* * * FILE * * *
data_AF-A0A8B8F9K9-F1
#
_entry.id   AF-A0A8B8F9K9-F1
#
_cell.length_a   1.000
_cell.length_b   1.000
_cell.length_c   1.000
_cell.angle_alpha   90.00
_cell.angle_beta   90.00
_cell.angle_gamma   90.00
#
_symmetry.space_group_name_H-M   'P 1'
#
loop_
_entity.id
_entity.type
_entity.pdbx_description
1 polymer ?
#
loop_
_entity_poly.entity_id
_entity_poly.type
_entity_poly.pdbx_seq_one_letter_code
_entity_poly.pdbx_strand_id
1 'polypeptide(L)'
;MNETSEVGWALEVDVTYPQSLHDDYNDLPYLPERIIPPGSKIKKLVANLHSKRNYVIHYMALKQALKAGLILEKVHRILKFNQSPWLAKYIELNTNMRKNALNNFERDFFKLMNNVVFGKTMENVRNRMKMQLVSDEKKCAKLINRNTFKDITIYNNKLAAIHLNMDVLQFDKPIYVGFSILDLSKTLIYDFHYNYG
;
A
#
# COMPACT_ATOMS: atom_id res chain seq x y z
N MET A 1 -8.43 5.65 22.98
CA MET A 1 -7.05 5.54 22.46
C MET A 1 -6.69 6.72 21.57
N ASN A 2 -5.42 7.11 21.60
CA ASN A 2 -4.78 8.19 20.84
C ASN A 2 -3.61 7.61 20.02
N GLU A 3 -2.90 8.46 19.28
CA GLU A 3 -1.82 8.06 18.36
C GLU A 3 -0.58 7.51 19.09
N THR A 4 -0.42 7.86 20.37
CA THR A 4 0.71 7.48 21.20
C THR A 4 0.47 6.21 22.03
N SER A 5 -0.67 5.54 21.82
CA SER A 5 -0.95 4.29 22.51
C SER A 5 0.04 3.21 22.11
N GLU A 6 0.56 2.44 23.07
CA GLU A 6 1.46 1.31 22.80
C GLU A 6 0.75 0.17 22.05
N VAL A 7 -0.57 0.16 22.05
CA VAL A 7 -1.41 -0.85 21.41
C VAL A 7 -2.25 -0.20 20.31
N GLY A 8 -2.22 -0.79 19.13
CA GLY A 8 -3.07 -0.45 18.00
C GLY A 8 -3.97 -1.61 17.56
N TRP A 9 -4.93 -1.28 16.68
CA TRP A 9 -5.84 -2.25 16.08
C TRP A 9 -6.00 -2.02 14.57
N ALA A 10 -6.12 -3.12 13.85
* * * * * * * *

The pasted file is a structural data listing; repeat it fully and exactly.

data_AF-A0A8B8F9K9-F1
#
_entry.id   AF-A0A8B8F9K9-F1
#
_cell.length_a   1.000
_cell.length_b   1.000
_cell.length_c   1.000
_cell.angle_alpha   90.00
_cell.angle_beta   90.00
_cell.angle_gamma   90.00
#
_symmetry.space_group_name_H-M   'P 1'
#
loop_
_entity.id
_entity.type
_entity.pdbx_description
1 polymer ?
#
loop_
_entity_poly.entity_id
_entity_poly.type
_entity_poly.pdbx_seq_one_letter_code
_entity_poly.pdbx_strand_id
1 'polypeptide(L)'
;MNETSEVGWALEVDVTYPQSLHDDYNDLPYLPERIIPPGSKIKKLVANLHSKRNYVIHYMALKQALKAGLILEKVHRILKFNQSPWLAKYIELNTNMRKNALNNFERDFFKLMNNVVFGKTMENVRNRMKMQLVSDEKKCAKLINRNTFKDITIYNNKLAAIHLNMDVLQFDKPIYVGFSILDLSKTLIYDFHYNYG
;
A
#
# COMPACT_ATOMS: atom_id res chain seq x y z
N MET A 1 -8.43 5.65 22.98
CA MET A 1 -7.05 5.54 22.46
C MET A 1 -6.69 6.72 21.57
N ASN A 2 -5.42 7.11 21.60
CA ASN A 2 -4.78 8.19 20.84
C ASN A 2 -3.61 7.61 20.02
N GLU A 3 -2.90 8.46 19.28
CA GLU A 3 -1.82 8.06 18.36
C GLU A 3 -0.58 7.51 19.09
N THR A 4 -0.42 7.86 20.37
CA THR A 4 0.71 7.48 21.20
C THR A 4 0.47 6.21 22.03
N SER A 5 -0.67 5.54 21.82
CA SER A 5 -0.95 4.29 22.51
C SER A 5 0.04 3.21 22.11
N GLU A 6 0.56 2.44 23.07
CA GLU A 6 1.46 1.31 22.80
C GLU A 6 0.75 0.17 22.05
N VAL A 7 -0.57 0.16 22.05
CA VAL A 7 -1.41 -0.85 21.41
C VAL A 7 -2.25 -0.20 20.31
N GLY A 8 -2.22 -0.79 19.13
CA GLY A 8 -3.07 -0.45 18.00
C GLY A 8 -3.97 -1.61 17.56
N TRP A 9 -4.93 -1.28 16.68
CA TRP A 9 -5.84 -2.25 16.08
C TRP A 9 -6.00 -2.02 14.57
N ALA A 10 -6.12 -3.12 13.85